Expected completion date for future evaluation:

Engagement of applicants and recipients in 2019–20: The department worked with National Indigenous Organizations to advance and implement new distinctions-based post-secondary education strategies that respond to the different post-secondary education priorities of First Nations, Inuit and Métis Nation partners.

Financial information (dollars)
Type of transfer payment 2017–18
Actual spending*
2018–19
Planned spending*
2019–20
Planned spending
2019–20
Total authorities available for use
2019–20
Actual spending (authorities used)
Variance
(2019-20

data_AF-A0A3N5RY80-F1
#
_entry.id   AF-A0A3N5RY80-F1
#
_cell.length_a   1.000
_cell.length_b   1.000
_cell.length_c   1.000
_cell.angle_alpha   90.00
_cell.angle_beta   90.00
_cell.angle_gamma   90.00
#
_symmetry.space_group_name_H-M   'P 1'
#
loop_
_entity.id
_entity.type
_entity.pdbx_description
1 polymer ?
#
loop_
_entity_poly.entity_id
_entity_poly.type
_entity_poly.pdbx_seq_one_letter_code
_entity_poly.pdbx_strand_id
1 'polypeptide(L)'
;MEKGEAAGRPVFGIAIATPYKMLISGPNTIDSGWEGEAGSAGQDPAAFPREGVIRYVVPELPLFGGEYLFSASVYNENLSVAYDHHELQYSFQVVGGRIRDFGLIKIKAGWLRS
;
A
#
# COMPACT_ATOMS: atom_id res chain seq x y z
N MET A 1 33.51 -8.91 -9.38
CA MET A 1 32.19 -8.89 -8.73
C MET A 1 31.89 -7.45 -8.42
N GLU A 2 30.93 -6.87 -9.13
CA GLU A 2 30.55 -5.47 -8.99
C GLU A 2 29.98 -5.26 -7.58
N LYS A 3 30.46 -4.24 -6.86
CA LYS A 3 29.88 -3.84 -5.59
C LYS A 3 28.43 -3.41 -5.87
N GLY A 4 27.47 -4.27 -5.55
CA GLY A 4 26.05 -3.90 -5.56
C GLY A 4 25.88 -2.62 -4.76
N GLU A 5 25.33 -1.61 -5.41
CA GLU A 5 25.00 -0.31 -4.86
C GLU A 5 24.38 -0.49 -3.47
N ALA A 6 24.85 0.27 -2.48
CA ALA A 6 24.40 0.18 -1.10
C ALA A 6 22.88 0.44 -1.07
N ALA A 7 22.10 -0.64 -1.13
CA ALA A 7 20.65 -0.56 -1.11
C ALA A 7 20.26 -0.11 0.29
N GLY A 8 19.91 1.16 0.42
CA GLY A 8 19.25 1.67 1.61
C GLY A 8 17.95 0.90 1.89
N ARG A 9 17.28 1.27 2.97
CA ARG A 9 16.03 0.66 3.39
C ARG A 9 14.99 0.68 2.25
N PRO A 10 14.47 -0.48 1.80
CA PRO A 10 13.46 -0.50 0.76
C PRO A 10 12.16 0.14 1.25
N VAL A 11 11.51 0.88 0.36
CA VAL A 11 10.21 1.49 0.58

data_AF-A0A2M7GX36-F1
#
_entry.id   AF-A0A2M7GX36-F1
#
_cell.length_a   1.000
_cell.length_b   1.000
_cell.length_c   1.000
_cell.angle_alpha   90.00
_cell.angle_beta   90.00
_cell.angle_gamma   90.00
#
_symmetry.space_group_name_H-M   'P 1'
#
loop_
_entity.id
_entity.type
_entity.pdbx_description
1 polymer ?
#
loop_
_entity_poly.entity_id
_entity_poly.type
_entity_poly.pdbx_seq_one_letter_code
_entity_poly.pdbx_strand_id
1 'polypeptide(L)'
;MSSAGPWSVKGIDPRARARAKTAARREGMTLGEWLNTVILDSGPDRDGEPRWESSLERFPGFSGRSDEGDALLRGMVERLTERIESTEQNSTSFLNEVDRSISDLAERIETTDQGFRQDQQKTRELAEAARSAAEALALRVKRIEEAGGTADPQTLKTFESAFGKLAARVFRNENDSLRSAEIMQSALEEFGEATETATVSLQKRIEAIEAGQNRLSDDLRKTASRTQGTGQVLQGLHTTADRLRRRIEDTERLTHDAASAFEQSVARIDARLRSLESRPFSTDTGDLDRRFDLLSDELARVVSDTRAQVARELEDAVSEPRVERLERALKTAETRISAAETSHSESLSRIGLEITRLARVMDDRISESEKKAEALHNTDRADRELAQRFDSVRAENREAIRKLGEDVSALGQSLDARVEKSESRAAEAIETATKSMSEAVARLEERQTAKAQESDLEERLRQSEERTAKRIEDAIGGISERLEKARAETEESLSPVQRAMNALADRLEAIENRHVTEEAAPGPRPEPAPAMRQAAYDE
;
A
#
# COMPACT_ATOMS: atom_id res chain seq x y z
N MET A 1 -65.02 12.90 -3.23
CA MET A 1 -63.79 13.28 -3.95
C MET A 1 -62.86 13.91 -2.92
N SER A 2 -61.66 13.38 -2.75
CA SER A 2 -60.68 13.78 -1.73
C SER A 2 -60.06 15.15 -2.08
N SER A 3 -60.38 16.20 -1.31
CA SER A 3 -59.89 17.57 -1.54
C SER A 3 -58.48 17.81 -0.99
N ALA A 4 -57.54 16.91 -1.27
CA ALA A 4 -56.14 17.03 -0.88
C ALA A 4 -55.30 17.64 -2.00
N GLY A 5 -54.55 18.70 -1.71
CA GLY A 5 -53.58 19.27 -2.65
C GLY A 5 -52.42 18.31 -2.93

actual minus
2019-20 planned)
Total grants 0 0 0 0 0 0
Total contributions Not applicable* Not applicable* 0 19,842,582 19,842,582 19,842,582
Total other types of transfer payments 0 0 0 0 0 0
Total Program Not applicable* Not applicable* 0 19,842,582 19,842,582 19,842,582
Explanation of variances The difference between 2019-20 Planned Spending and Actual Spending reflects an incremental funding provided through Budget Implementation Vote to support First Nations, Inuit and Métis Nation post-secondary students and to develop regional post-secondary strategies for First Nations (Budget 2019).
* This transfer payment program was created in 2019-20. Therefore, the 2017-18 and 2018-19 actual spending columns are left blank.

Grants and Contributions to increase First Nations and Inuit Youth Participation in Education and Labour Market Opportunities

Start date: Ongoing

End date: Ongoing

Type of transfer payment: Grants and Contributions